Second Amendment supporters gathered in Delhi on Saturday for a gun-rights rally on Courthouse Square.
A crowd of about 50 people heard from several local politicians speaking on the bandstand during the event organized by SCOPE of Delaware County, the Shooters Committee on Political Education.
Some speakers and attendees called for repeal of the New York Secure Ammunition and Firearms Enforcement Act of 2013, commonly known as the SAFE Act, which introduced some of the strictest gun-control policies in the country. The legislation mandated universal background checks on gun purchases and prohibited some weapons and weapon modifications, among other measures.
“We need to take care of our mental-health crisis if we want to solve our gun-violence problem,” said state Sen. James Seward, R-Milford, who mentioned Remington Arms is in his Senate district*.
Seward described the SAFE Act as an overreach and voted against the legislation. In March, he voted against a law that now prohibits individuals convicted of domestic abuse from purchasing firearms.
U.S. Rep. John Faso, R-Kinderhook, also spoke briefly and expressed optimism that Supreme Court nominee Brett Kavanaugh would uphold Second Amendment rights if appointed.
Delaware County Sheriff Craig DuMond said that many sheriffs across the state did not support the SAFE Act and that “people want to blame firearms.” Noting that Delaware County has the highest rate of gun suicide in the state, he maintained that a degradation of society, including a lack of employment, community, religion and personal accountability has exacerbated gun violence.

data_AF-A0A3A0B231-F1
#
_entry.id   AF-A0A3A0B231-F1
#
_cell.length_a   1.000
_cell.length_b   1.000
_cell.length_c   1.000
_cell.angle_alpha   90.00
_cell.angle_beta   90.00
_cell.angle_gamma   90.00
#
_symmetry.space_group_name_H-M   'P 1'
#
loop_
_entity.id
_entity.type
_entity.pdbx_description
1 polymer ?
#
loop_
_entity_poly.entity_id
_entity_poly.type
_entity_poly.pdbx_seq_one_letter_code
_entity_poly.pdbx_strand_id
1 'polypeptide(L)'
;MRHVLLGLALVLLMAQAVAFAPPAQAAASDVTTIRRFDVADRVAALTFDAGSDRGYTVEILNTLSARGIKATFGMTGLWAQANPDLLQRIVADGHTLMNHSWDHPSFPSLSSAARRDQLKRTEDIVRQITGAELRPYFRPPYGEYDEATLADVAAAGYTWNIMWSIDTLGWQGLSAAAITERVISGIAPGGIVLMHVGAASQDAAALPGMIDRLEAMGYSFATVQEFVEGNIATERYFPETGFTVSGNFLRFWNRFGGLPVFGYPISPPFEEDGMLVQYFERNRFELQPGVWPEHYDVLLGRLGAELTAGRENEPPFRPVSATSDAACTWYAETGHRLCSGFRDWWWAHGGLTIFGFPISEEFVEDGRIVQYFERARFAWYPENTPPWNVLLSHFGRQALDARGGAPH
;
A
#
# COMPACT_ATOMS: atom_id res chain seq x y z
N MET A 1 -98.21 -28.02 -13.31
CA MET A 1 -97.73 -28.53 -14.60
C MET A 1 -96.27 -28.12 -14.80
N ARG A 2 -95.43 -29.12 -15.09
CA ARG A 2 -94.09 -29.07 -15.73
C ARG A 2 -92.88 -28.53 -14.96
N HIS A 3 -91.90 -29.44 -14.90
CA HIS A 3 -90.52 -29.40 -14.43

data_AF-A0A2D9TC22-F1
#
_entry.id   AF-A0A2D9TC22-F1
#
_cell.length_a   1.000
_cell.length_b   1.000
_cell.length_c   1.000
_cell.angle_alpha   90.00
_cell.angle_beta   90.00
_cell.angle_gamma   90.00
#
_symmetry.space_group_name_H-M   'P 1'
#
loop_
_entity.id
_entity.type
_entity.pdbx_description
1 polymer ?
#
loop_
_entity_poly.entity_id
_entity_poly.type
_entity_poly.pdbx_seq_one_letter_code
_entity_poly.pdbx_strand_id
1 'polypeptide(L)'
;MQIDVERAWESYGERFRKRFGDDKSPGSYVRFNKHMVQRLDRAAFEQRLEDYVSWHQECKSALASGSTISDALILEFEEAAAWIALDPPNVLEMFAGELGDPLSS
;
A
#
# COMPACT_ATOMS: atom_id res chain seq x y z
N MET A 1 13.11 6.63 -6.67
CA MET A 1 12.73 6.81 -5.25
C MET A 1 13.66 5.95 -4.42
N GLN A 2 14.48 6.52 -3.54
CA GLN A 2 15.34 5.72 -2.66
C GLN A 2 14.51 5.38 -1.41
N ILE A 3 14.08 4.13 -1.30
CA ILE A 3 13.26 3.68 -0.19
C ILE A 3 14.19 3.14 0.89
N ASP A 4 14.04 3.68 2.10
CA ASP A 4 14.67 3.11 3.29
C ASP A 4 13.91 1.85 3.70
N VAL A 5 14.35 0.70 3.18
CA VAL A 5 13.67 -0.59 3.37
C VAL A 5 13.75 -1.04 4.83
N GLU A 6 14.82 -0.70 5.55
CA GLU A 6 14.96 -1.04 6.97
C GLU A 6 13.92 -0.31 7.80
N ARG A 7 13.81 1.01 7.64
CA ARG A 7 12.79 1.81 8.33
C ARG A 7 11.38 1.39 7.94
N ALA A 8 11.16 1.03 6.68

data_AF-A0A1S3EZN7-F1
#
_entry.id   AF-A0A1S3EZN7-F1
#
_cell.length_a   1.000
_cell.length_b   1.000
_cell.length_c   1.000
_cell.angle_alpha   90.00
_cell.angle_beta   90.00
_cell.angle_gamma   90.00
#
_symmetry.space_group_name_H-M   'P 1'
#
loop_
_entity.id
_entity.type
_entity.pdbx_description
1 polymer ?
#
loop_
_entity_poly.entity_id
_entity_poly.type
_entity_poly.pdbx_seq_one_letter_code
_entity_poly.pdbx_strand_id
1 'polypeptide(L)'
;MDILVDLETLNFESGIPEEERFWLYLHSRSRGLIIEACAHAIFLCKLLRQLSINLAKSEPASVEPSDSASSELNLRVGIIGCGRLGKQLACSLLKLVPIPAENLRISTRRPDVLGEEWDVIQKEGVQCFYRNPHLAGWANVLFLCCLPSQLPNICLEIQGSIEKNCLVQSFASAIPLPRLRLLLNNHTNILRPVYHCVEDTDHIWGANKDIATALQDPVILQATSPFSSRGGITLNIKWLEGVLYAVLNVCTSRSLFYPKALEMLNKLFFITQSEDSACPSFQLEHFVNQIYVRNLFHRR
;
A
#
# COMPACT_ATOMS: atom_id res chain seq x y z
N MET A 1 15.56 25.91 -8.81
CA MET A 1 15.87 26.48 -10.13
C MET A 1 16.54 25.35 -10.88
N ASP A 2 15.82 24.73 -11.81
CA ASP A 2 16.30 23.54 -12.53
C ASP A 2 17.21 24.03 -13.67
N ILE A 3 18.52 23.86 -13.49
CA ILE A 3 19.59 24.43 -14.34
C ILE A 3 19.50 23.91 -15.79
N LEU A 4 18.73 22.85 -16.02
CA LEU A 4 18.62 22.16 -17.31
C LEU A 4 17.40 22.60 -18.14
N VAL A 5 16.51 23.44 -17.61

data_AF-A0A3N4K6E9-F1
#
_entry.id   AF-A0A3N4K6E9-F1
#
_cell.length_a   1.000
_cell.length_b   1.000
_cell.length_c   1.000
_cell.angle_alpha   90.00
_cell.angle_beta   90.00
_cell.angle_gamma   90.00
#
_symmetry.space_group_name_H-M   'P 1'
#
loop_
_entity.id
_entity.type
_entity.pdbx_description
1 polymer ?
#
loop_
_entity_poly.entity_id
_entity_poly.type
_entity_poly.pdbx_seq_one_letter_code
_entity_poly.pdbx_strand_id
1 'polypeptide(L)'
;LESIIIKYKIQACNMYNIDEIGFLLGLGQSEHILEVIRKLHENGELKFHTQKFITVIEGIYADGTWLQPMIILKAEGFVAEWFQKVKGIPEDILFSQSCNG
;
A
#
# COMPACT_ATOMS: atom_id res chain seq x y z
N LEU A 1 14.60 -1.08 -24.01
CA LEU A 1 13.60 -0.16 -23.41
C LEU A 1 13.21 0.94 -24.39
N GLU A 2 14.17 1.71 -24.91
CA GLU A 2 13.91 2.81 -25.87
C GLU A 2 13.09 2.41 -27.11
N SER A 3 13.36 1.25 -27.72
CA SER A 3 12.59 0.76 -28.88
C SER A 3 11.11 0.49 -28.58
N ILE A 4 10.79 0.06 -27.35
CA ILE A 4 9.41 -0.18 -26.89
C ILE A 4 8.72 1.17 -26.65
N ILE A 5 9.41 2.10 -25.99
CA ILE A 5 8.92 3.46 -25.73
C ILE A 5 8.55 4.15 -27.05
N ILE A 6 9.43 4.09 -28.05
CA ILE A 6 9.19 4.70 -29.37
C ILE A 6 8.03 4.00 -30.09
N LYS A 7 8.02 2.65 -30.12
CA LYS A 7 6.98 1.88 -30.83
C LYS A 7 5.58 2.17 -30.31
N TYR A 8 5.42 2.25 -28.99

Libertarian candidate for governor Larry Sharpe lambasted Republicans for trying to “hold the line” on Second Amendment rights instead of turning things around and ridiculed the idea of armed school security guards.
Attendees who spoke to The Daily Star agreed that New York regulations infringe on the right to bear arms.
“I think that good people with guns are a good thing,” said Ehren Curbelo of Stamford, who came with her three children and said she didn’t think gun-control laws should be passed to try to protect schools.
Corey Luchetta, who owns F&C Firearms in Stamford, said that the SAFE Act weapons modification bans seem arbitrary and show a lack of gun education from lawmakers. More than one so-called military-style feature on a gun is banned, but something like an adjustable stock simply allows his wife to use the same gun as him, Luchetta said.
“I’ve done my research,” Jonathan Dough of Bainbridge said, pointing to a poster listing genocides of the 20th century it blamed in part on gun control. “The Second Amendment is what our founding fathers put in place to protect us.”
Erin Jerome, staff writer, may be reached at (607) 441-7221, or at email@example.com. Follow her on Twitter at @DS_ErinJ .
*Corrected at 11:08 a.m. July 23 to correct Seward's relationship with Remington Arms.